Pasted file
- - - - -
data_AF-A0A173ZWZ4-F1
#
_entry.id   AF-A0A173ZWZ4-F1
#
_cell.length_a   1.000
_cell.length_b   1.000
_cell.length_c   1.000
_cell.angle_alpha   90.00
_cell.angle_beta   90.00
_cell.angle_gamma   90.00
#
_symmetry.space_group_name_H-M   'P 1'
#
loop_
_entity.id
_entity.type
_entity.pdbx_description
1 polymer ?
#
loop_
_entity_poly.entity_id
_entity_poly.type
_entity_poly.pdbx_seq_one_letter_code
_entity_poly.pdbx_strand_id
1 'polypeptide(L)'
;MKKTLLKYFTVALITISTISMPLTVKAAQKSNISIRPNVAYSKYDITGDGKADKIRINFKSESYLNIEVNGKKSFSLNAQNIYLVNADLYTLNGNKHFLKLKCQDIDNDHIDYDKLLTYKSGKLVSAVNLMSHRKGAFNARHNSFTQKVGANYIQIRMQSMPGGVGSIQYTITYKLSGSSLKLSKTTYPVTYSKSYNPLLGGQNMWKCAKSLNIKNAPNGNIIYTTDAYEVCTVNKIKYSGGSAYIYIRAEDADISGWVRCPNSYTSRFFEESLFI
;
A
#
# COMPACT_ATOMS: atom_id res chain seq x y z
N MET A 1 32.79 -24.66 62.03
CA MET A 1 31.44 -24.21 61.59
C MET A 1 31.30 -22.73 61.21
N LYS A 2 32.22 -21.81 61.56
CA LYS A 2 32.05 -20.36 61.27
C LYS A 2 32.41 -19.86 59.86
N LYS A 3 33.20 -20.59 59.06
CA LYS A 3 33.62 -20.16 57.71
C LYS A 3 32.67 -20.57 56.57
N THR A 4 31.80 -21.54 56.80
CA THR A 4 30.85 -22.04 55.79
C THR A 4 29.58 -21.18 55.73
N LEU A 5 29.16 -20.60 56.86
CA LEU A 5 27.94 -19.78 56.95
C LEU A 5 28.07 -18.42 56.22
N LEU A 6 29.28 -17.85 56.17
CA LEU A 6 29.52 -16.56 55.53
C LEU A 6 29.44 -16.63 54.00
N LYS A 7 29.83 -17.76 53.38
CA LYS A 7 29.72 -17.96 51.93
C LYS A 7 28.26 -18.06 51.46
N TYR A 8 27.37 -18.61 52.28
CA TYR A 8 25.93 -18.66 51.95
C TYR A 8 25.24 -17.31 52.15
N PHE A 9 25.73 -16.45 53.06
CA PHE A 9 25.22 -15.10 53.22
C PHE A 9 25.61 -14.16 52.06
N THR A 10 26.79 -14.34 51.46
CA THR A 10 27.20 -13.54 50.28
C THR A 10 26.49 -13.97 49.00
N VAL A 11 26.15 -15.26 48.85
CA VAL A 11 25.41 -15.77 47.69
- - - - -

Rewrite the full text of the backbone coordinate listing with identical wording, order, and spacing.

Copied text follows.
data_AF-A0A173ZWZ4-F1
#
_entry.id   AF-A0A173ZWZ4-F1
#
_cell.length_a   1.000
_cell.length_b   1.000
_cell.length_c   1.000
_cell.angle_alpha   90.00
_cell.angle_beta   90.00
_cell.angle_gamma   90.00
#
_symmetry.space_group_name_H-M   'P 1'
#
loop_
_entity.id
_entity.type
_entity.pdbx_description
1 polymer ?
#
loop_
_entity_poly.entity_id
_entity_poly.type
_entity_poly.pdbx_seq_one_letter_code
_entity_poly.pdbx_strand_id
1 'polypeptide(L)'
;MKKTLLKYFTVALITISTISMPLTVKAAQKSNISIRPNVAYSKYDITGDGKADKIRINFKSESYLNIEVNGKKSFSLNAQNIYLVNADLYTLNGNKHFLKLKCQDIDNDHIDYDKLLTYKSGKLVSAVNLMSHRKGAFNARHNSFTQKVGANYIQIRMQSMPGGVGSIQYTITYKLSGSSLKLSKTTYPVTYSKSYNPLLGGQNMWKCAKSLNIKNAPNGNIIYTTDAYEVCTVNKIKYSGGSAYIYIRAEDADISGWVRCPNSYTSRFFEESLFI
;
A
#
# COMPACT_ATOMS: atom_id res chain seq x y z
N MET A 1 32.79 -24.66 62.03
CA MET A 1 31.44 -24.21 61.59
C MET A 1 31.30 -22.73 61.21
N LYS A 2 32.22 -21.81 61.56
CA LYS A 2 32.05 -20.36 61.27
C LYS A 2 32.41 -19.86 59.86
N LYS A 3 33.20 -20.59 59.06
CA LYS A 3 33.62 -20.16 57.71
C LYS A 3 32.67 -20.57 56.57
N THR A 4 31.80 -21.54 56.80
CA THR A 4 30.85 -22.04 55.79
C THR A 4 29.58 -21.18 55.73
N LEU A 5 29.16 -20.60 56.86
CA LEU A 5 27.94 -19.78 56.95
C LEU A 5 28.07 -18.42 56.22
N LEU A 6 29.28 -17.85 56.17
CA LEU A 6 29.52 -16.56 55.53
C LEU A 6 29.44 -16.63 54.00
N LYS A 7 29.83 -17.76 53.38
CA LYS A 7 29.72 -17.96 51.93
C LYS A 7 28.26 -18.06 51.46
N TYR A 8 27.37 -18.61 52.28
CA TYR A 8 25.93 -18.66 51.95
C TYR A 8 25.24 -17.31 52.15
N PHE A 9 25.73 -16.45 53.06
CA PHE A 9 25.22 -15.10 53.22
C PHE A 9 25.61 -14.16 52.06
N THR A 10 26.79 -14.34 51.46
CA THR A 10 27.20 -13.54 50.28
C THR A 10 26.49 -13.97 49.00
N VAL A 11 26.15 -15.26 48.85
CA VAL A 11 25.41 -15.77 47.69